Adequate sun exposure maximizes vitamin D production, so it’s important not to apply sunscreen every time you step outdoors. The vitamin D council advises that a minimum of 40% of the body should receive direct sun exposure for optimal vitamin D production. The hands and face produce little or no vitamin D, the legs and arms some, but the torso produces the most vitamin D when exposed to natural sunlight. Dr. Russell Blaylock, MD, author of the Blaylock Wellness Report states, “30 minutes of direct sunlight produces up to 50,000 IU of vitamin D.”
Vitamin D is vital to our health in so many ways. It aides in calcium absorption, strengthens bones and muscles, boosts immune function, and reduces your chances of cancer, heart problems and stroke. While you understand how important vitamin D is to wellness, if you are prone to sunburn, you may be reluctant to sunbathe. If your skin isn’t conditioned to the sun’s rays, start exposing it in small doses, 10 to 15 minutes a day without applying sunscreen, before the thermometer rises above 80°, and weeks in advance of your vacation at the beach.
The foods you eat and apply to your skin could boost your tolerance to the Sun and build a resistance to sunburn and sun damage.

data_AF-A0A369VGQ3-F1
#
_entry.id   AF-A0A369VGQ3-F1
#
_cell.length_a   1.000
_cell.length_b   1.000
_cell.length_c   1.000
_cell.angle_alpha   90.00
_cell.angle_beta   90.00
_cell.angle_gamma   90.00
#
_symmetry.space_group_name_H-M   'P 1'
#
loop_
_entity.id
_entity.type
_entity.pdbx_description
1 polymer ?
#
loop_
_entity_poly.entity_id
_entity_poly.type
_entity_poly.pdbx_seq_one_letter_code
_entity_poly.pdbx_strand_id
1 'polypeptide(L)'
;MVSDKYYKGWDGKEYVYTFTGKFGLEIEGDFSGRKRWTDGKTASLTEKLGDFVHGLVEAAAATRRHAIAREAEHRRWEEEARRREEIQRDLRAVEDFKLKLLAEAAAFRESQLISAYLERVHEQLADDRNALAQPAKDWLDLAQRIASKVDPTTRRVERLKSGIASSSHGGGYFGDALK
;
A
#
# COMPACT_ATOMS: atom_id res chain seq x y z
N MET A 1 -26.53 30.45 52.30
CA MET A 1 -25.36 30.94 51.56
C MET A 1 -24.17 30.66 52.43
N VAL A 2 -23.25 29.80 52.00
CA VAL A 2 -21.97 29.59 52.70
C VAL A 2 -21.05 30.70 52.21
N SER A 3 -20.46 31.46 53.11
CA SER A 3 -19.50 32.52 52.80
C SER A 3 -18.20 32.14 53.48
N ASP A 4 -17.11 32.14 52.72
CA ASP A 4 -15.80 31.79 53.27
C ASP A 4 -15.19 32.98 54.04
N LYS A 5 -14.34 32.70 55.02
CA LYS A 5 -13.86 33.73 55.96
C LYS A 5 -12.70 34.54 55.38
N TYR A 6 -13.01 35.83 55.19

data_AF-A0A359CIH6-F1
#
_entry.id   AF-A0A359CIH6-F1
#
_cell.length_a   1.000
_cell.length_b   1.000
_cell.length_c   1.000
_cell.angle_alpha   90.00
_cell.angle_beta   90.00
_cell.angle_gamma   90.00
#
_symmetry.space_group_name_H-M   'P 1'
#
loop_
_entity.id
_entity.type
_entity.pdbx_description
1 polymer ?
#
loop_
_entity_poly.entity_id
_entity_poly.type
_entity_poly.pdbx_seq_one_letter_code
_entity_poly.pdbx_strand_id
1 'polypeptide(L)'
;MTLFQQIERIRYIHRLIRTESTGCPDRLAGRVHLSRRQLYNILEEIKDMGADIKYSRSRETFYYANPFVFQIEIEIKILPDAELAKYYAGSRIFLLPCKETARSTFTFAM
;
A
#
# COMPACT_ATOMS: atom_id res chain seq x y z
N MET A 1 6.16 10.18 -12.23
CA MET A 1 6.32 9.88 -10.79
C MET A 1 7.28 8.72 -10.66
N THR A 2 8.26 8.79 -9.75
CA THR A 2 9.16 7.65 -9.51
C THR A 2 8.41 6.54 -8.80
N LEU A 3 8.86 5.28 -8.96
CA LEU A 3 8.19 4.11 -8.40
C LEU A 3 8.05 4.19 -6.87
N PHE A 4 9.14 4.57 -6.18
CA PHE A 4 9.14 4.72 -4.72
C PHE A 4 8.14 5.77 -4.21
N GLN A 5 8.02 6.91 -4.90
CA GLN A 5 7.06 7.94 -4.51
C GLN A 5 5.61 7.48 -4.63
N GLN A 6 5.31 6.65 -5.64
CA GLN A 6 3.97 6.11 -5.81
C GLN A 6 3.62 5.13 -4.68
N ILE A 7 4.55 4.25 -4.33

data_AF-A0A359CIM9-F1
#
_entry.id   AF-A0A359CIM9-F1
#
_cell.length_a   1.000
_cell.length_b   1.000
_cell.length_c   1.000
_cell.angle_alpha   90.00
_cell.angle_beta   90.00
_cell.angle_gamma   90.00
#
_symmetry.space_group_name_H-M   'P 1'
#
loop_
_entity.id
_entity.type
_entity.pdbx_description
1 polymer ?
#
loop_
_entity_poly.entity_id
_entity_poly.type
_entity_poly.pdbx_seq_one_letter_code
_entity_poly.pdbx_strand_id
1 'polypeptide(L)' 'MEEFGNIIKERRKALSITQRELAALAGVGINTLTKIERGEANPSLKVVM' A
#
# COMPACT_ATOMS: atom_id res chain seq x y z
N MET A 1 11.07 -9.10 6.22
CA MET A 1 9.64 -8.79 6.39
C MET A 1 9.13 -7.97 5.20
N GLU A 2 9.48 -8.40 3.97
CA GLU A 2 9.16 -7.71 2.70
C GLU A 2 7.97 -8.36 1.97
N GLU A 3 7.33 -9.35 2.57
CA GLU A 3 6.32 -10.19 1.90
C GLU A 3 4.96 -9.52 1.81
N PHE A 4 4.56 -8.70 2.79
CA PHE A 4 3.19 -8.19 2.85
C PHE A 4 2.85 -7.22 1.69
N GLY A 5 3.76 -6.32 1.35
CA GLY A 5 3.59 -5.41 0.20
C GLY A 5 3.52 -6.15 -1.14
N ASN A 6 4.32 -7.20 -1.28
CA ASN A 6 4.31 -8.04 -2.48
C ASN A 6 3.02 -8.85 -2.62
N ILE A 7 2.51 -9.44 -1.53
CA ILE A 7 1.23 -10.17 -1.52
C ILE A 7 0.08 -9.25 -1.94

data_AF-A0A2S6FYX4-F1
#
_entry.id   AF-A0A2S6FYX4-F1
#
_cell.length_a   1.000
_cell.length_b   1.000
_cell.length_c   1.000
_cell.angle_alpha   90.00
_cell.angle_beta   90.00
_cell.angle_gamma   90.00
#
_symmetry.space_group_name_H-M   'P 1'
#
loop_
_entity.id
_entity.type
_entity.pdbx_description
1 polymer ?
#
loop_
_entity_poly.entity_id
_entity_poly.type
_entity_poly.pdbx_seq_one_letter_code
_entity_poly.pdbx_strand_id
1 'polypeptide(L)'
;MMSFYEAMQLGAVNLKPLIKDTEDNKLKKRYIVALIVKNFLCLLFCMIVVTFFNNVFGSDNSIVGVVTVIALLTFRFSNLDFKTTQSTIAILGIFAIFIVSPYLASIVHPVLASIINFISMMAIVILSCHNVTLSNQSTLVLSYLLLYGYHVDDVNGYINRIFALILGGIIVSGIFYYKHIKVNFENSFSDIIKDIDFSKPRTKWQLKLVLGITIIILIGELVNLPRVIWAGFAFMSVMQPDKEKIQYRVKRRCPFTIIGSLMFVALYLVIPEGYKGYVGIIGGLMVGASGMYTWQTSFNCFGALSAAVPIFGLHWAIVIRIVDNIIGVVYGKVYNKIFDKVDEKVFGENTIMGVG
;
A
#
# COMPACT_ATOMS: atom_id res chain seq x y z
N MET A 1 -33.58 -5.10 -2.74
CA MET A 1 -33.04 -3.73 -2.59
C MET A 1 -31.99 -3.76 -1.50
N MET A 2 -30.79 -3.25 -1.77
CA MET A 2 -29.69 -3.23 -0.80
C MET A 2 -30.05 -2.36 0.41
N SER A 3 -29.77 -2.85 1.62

Are you eating foods that protect you? Eating a whole foods diet promotes skin health from the inside-out. Studies show that consuming tomatoes helps reduce susceptibility to sunburns. Research indicates that the powerful antioxidant lycopene, which is found in tomatoes, provides an extra level of protection against sun damage. When we eat tomato paste and similar tomato products, we are consuming the nutrients which naturally protect growing tomato plants from summer sun damage: lycopene, tocopherols (vitamin E), and beta-carotene. Thus, we benefit from its antioxidants in a similar manner.
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